Text message notifications still pop up like normal when you're not in the Messaging application. If you're viewing a conversation, they just show up in the thread like an instant message.
But replying to text messages brings up a new screen that shows the conversation in an instant-message like window. The "Me" text shows up in a very bright blue color while the other person's name shows up in bright green. These colors are not used anywhere else within the operating system and they really don't belong here. If anything, they should have used the same colors used in Windows Live Messenger (I.E. Not these). Unfortunately, you do not have the option to easily go back to the way it was before, however, threaded SMS can be disabled with a hack.
When you type a message, the character count appears in the title bar next to the Start menu. I'm disappointed that contact photos do not show up anymore and the time only shows up if the message was received today.
You can still copy incoming SMS messages to the SIM card, but not sent messages.
This video takes you through some of the new features in Windows Mobile Pro 6.1, such as Internet Explorer zooming, the Task Manager, and threaded text messaging.
BUGS AND WISHES
Every time I connect to ActiveSync with Windows Mobile 6.1 Pro or Standard, the above error appears. This is because I am syncing my Calendar with both an Exchange Server (at work) and my personal Microsoft Outlook (not connect to Exchange). This set up has worked flawlessly in previous versions. Maybe Microsoft will release an ActiveSync update to fix this. Hopefully they won't "pull a WiFi ActiveSync" and remove the capability to sync multiple calendars all together. In the meantime, the work around is to go to the ActiveSync options, uncheck the desktop Outlook calendar for syncing, let it sync up, then re-enable the second calendar in the ActiveSync>Tools>Options dialog. This will make it work until you do another remote synchronization with the Exchange server via direct push.
The new font in Windows Mobile 6.1 Standard causes the text in some 3rd party applications to display incorrectly.
In terms of wishes:
I wish editingCalendar items was easier in both Operating Systems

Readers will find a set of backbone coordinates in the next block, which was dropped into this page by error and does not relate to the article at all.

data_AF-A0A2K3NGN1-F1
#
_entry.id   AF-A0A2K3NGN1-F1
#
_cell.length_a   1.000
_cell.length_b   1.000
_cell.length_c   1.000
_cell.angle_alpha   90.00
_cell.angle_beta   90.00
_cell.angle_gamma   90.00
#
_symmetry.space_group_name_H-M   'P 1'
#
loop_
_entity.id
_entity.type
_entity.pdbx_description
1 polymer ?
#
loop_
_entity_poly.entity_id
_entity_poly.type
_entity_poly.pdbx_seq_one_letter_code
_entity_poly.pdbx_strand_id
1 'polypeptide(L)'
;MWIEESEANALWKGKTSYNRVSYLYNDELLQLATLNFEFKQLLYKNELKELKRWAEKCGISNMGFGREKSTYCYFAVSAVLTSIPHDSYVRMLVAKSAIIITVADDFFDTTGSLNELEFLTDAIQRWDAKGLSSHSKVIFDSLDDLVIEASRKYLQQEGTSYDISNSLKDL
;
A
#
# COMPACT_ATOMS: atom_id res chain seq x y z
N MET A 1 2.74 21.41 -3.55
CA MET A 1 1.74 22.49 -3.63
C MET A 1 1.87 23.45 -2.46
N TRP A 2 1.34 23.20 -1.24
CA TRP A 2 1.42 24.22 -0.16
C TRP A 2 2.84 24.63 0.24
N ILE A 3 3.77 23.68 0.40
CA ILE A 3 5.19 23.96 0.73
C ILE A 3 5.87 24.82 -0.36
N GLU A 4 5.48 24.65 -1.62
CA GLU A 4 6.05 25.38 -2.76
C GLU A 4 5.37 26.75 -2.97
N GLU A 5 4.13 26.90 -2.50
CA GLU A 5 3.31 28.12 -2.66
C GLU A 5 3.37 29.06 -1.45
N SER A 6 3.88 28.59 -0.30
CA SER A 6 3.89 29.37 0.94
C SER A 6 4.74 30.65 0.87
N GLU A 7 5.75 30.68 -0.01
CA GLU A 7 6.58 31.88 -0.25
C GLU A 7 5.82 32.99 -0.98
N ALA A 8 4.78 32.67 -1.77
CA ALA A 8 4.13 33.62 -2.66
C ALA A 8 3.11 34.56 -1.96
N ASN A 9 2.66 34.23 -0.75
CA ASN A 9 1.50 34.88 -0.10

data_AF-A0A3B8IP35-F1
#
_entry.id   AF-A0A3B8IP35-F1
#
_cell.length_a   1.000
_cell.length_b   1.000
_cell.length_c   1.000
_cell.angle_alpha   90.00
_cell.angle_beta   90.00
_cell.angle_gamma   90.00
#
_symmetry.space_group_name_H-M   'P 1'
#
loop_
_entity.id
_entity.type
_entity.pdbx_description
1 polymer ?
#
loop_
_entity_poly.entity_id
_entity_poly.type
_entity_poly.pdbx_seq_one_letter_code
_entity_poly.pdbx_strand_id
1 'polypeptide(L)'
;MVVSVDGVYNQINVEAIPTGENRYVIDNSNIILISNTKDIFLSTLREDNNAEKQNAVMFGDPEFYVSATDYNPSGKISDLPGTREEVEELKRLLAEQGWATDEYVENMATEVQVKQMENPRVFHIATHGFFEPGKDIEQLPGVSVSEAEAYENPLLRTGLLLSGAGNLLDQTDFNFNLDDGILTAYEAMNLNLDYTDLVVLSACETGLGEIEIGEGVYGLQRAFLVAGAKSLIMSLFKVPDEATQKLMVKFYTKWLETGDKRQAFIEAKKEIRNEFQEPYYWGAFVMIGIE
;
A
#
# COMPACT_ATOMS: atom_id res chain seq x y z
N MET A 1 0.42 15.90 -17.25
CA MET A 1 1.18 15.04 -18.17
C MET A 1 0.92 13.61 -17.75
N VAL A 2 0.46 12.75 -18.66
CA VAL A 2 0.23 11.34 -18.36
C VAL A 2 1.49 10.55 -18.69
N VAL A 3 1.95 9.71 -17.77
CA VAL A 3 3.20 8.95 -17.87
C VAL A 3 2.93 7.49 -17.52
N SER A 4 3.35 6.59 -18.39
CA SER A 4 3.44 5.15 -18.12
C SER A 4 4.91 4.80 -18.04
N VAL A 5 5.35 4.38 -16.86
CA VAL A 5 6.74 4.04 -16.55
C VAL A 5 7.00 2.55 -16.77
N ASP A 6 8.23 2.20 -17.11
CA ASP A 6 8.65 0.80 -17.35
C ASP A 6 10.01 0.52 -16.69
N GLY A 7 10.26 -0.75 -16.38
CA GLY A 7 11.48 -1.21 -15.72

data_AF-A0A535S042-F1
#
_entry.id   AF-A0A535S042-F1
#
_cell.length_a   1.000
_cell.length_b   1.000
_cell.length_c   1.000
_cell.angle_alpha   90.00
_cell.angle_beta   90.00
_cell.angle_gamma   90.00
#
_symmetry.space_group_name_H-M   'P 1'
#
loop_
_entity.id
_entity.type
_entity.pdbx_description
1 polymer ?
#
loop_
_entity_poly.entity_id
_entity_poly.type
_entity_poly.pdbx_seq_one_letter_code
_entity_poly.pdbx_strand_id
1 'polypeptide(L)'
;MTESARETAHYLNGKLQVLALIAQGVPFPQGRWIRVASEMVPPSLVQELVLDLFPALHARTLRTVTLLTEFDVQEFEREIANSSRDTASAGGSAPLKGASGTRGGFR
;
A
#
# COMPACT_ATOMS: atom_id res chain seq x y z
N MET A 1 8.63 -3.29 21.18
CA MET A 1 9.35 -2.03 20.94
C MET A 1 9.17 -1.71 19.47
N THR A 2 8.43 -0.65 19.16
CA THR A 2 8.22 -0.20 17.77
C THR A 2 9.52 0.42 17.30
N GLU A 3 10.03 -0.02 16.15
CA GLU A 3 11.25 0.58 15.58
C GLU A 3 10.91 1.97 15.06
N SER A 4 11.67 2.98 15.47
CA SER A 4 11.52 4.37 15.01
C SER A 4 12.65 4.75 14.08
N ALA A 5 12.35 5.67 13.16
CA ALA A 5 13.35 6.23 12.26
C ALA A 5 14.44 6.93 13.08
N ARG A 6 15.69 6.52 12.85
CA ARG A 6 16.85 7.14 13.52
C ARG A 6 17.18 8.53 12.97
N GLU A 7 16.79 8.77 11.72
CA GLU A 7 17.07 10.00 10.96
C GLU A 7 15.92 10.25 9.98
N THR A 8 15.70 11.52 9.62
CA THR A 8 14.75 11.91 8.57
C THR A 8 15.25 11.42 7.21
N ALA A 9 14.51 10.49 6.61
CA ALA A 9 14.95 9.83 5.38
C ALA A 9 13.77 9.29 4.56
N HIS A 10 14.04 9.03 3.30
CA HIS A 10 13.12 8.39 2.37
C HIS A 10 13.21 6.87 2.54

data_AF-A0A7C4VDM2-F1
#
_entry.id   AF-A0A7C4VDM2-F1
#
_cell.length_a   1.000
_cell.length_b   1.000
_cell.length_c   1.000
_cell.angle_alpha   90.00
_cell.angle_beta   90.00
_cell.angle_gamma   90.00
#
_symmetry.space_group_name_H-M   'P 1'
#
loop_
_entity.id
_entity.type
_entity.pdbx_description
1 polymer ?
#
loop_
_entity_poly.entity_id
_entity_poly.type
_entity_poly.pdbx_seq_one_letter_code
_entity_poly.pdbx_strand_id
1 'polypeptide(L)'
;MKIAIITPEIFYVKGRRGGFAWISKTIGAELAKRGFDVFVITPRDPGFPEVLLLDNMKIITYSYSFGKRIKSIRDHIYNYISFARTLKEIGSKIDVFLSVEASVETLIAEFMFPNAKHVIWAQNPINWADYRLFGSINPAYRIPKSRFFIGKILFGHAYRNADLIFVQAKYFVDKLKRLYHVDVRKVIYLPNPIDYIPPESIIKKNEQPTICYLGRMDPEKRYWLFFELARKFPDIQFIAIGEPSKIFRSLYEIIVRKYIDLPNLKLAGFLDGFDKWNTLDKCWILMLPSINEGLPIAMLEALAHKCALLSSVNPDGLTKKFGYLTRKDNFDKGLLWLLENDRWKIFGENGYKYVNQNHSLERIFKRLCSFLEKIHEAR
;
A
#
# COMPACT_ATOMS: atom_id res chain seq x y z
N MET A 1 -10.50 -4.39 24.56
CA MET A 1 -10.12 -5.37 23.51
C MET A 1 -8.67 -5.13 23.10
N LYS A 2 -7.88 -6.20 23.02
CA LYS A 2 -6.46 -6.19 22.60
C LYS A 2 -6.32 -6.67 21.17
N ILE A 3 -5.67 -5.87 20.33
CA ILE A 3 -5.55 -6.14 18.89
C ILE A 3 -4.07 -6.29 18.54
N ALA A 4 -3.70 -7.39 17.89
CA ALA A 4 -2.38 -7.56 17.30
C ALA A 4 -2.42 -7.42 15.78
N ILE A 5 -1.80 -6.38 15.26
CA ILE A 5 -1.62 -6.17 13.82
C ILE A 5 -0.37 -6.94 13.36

I wishthe Copy/Paste function was easier to use in the Standard Edition
I wish the Copy/Paste function worked in moreprograms in the Standard Edition
I wish the threaded text messaging view also showedcontact photo thumbnails
I wish Internet Explorer used a much fasterrendering engine
I wish I could mark text messages as unread
Windows Mobile 6.1 is not available for purchase as an upgrade for existing devices yet. It is currently unknown as to which devices will receive upgrades, but most likely they will be free downloads.
- Very nice zooming enhancement to Internet Explorer
- Sliding Panels Home screen on Standard Edition
- Copy/Paste finally available on Standard Edition
- Threaded text messaging, finally!
- Instantly download the rest of messages in POP3/IMAP email accounts without doing a send/receive
- Internet Explorer's page rendering is still slow
- Reply button is still in the calendar
- Copy/Paste on Standard only works in certain programs
- Can't easily change text messaging back to original view
- New font in Standard edition can make some 3rd part programs unusable
- Very difficult to Copy/Paste URLs on Standard Edition
- Not many enhancements for Professional Edition
- Internet Explorer can still only open one URL at a time
Windows Mobile 6.1 is certainly an incremental upgrade meant to stave off defection until Microsoft can release a completely overhauled Windows Mobile 7. In terms of feature functionality, the only real advantages the Apple iPhone had over Windows Mobile Professional were the zooming web browser and threaded text messaging. Both of those holes have been (mostly) filled by the 6.1 upgrade. Windows Mobile still needs a much faster web browser rendering engine, but at least they got the interface right.
The Standard Edition of Windows Mobile 6.1 is a much bigger upgrade. The new "Sliding Panels" home screen layout is very well designed, and is sure to sell many new phones in the future. Most of the confusing parts of Windows Mobile have also been fixed.
Overall, unless you're dying for a zoom-able browser and threaded text messaging (both of which are also available from 3rd party developers in potentially lesser forms of usability), the Windows Mobile 6.1 upgrade is not a very compelling upgrade for existing users. For new users on the other hand, there are definitely some major improvements (especially in Standard Edition) that we can look forward to.